[FRANCE] Didier Deschamps, captain of France's 1998 World Cup championship team, is building quite a record as a coach.
Deschamps, once dismissed by the great Eric Cantona as being nothing more than a "water boy," guided Marseille to the 2010 French league title, its first since
its 1993 title, which was later stripped away because of match-fixing.
Marseille clinched the league title on Wednesday when it beat Rennes, 3-1, and second-place Auxerre fell to Lyon, 2-1. The league title came two months after Deschamps led OM to the French League Cup title, its first title of any kind since the 1993 VA-OM scandal that involved Marseille's attempt to fix a French league match with Valenciennes.
Marseille president Bernard Tapie, a well-known businessman and politician, went to jail along with Jean-Pierre Bernes, the club's general manager. Three Valenciennes players -- including Argentine great Jorge Burruchaga -- and one Marseille player received suspended sentences.
Marseille had its 1993 French title taken away from it and was banned from defending its Champions League title -- the only one won by a French team.
The late Robert Louis-Dreyfus later took charge of Marseille and injected millions of dollars into the club, but it failed to win anything.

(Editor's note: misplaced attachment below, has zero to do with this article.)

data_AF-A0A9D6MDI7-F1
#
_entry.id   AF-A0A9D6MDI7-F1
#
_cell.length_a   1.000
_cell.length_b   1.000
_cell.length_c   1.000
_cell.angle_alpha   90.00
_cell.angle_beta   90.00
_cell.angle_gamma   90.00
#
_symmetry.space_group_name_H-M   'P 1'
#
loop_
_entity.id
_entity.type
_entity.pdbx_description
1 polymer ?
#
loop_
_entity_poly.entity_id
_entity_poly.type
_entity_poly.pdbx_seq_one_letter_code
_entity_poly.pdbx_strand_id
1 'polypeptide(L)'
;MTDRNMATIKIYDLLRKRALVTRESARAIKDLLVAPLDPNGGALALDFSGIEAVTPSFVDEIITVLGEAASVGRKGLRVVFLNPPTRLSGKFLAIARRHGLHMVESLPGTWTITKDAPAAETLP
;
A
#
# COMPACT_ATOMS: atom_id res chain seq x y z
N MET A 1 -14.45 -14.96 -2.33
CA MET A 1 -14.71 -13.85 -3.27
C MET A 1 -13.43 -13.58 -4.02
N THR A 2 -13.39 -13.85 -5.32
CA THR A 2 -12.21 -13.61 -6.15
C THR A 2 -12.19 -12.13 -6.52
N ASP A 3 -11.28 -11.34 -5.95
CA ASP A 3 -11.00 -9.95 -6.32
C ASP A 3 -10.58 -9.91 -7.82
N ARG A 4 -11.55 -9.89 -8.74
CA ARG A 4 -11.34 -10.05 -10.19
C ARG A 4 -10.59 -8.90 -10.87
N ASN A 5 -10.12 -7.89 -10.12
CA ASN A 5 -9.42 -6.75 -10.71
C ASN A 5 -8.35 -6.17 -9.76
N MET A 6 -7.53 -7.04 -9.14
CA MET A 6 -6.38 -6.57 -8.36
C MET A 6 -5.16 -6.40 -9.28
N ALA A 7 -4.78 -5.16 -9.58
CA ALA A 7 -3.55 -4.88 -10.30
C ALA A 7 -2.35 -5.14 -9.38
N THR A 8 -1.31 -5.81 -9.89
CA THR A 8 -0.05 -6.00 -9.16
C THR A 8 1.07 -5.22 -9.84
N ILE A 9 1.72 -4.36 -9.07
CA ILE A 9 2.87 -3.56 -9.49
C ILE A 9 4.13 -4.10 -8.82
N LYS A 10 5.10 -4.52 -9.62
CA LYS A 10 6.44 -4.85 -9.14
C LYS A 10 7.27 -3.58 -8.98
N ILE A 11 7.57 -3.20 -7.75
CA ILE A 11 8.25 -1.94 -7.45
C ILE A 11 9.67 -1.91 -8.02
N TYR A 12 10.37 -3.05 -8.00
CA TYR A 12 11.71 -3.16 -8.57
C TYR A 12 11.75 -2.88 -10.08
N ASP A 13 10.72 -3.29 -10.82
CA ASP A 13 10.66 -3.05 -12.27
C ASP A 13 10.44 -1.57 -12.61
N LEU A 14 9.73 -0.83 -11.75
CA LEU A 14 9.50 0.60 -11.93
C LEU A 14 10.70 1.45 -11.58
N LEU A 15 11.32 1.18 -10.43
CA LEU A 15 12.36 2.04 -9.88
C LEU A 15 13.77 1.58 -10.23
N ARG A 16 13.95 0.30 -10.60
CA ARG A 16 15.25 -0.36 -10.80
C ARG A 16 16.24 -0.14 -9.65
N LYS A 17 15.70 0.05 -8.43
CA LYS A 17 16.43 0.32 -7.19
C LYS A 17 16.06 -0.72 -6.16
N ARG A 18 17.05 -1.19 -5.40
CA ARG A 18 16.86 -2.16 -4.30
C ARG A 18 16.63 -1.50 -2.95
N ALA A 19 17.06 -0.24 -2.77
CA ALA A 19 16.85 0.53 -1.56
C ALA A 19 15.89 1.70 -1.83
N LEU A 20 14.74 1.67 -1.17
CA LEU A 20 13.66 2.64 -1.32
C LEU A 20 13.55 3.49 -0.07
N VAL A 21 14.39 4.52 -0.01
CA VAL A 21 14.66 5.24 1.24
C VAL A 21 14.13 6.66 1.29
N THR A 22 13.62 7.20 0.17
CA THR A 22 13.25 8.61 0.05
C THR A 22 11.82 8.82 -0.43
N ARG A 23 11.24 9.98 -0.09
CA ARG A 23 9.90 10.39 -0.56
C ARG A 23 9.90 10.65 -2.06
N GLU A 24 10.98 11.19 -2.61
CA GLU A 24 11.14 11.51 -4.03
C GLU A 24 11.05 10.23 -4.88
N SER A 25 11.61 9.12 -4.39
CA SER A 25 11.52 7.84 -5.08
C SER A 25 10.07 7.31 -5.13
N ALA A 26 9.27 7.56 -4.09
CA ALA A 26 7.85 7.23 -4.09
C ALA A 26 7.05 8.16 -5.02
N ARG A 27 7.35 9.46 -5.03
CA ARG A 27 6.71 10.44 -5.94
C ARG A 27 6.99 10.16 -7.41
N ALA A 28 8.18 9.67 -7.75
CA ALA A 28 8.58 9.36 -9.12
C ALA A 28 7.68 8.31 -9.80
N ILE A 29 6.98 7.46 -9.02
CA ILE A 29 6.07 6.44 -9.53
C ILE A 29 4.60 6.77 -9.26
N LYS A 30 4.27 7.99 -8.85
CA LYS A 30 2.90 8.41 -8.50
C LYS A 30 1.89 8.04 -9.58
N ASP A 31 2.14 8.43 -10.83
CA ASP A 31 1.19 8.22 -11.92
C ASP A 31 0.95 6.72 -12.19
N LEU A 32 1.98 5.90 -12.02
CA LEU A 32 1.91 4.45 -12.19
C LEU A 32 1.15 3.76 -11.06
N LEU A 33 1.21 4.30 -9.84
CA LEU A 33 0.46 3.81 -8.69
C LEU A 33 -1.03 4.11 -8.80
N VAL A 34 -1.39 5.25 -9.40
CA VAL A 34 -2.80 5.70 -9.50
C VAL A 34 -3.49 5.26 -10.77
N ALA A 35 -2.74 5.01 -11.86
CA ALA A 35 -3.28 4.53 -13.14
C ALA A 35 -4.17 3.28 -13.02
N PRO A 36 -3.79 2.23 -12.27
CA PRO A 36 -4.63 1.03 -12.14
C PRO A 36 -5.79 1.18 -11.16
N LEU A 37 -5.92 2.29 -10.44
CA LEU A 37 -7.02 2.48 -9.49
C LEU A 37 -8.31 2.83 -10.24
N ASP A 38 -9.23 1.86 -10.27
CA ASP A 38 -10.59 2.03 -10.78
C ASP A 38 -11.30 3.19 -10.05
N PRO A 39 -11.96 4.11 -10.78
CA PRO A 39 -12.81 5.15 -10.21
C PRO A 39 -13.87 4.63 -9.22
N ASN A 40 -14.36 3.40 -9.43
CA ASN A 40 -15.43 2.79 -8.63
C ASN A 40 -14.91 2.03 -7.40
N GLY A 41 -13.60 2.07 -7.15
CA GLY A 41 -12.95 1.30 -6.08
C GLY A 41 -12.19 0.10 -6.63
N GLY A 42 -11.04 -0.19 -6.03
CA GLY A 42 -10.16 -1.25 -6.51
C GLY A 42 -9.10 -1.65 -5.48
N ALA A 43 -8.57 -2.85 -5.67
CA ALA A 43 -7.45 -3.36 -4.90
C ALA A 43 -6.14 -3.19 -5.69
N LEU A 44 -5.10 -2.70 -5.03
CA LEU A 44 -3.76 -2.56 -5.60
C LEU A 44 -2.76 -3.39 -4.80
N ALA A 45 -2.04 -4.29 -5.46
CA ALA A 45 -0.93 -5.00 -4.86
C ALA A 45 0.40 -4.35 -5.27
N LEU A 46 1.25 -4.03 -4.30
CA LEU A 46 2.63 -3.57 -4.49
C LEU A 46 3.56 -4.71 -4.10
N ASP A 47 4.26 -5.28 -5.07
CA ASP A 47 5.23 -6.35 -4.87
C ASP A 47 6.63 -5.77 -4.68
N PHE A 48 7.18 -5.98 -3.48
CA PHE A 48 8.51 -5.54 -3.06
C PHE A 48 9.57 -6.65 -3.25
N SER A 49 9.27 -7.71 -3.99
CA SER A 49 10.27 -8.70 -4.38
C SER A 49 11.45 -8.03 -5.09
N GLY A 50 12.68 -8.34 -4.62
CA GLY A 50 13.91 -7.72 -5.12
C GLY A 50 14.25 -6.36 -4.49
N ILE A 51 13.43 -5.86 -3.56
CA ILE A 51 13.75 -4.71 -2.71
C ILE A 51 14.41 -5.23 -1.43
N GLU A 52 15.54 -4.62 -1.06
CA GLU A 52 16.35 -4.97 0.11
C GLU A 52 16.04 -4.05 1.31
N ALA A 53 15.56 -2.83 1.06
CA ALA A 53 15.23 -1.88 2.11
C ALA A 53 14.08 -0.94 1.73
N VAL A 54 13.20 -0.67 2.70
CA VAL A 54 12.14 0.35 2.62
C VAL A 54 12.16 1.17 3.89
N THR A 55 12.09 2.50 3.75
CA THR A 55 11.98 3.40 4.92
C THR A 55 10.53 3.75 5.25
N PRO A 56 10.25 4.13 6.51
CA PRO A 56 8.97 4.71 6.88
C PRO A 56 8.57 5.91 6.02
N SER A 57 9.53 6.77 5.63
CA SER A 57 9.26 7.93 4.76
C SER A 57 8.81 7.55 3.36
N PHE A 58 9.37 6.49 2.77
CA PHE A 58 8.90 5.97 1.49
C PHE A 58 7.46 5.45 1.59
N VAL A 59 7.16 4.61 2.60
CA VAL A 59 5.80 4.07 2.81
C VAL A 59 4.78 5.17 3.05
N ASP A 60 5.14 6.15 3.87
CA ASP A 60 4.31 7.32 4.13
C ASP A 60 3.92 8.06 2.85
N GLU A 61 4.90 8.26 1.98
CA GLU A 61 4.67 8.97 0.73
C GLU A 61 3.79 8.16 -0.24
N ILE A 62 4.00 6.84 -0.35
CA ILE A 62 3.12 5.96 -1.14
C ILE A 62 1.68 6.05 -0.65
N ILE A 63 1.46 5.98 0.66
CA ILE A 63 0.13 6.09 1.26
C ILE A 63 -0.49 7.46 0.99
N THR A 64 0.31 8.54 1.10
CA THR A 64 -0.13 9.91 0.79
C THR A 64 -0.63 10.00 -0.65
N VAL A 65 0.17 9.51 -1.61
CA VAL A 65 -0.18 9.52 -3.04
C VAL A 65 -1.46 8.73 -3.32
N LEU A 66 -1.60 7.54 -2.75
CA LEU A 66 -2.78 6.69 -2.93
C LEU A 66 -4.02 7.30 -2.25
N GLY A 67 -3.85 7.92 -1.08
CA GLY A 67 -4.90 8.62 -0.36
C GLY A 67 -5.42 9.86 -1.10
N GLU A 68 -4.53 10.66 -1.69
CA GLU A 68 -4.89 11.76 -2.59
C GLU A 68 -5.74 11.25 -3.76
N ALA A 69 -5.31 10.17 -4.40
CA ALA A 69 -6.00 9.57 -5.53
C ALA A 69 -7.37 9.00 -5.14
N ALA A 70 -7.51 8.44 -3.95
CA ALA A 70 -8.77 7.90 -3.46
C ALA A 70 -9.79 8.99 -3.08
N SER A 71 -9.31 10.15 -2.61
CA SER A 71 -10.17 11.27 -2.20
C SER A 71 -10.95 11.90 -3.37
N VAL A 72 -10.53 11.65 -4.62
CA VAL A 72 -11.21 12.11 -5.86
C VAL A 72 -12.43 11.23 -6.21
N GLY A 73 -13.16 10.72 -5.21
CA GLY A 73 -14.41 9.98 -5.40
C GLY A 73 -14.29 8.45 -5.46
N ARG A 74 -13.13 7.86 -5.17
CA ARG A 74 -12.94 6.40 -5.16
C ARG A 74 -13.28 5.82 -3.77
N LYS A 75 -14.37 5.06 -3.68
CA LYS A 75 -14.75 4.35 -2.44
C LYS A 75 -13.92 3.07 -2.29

Deschamps captained Marseille's 1993 championship team that also won the UEFA Champions League that year. He later played at Juventus, Chelsea and Valencia.
He's enjoyed a short but successful career as a coach, leading Monaco to the 2003 French League Cup title and 2004 UEFA Champions League final and led Juventus back to Serie A in 2007 following its relegation in a scandal of its own.
Deschamps took over Marseille from Belgian Eric Gerets last summer just three days before Louis-Dreyfus' death from leukemia -- Louis-Dreyfus' widow, Margarita, now owns the team -- and brought in Argentines Lucho Gonzalez and Gabriel Heinze, who were both instrumental in OM's success this season.
Cameroonian Stephane Mbia and Senegalese Souleymane Diawara came from Rennes and Bordeaux, respectively, and anchored the middle of the defense.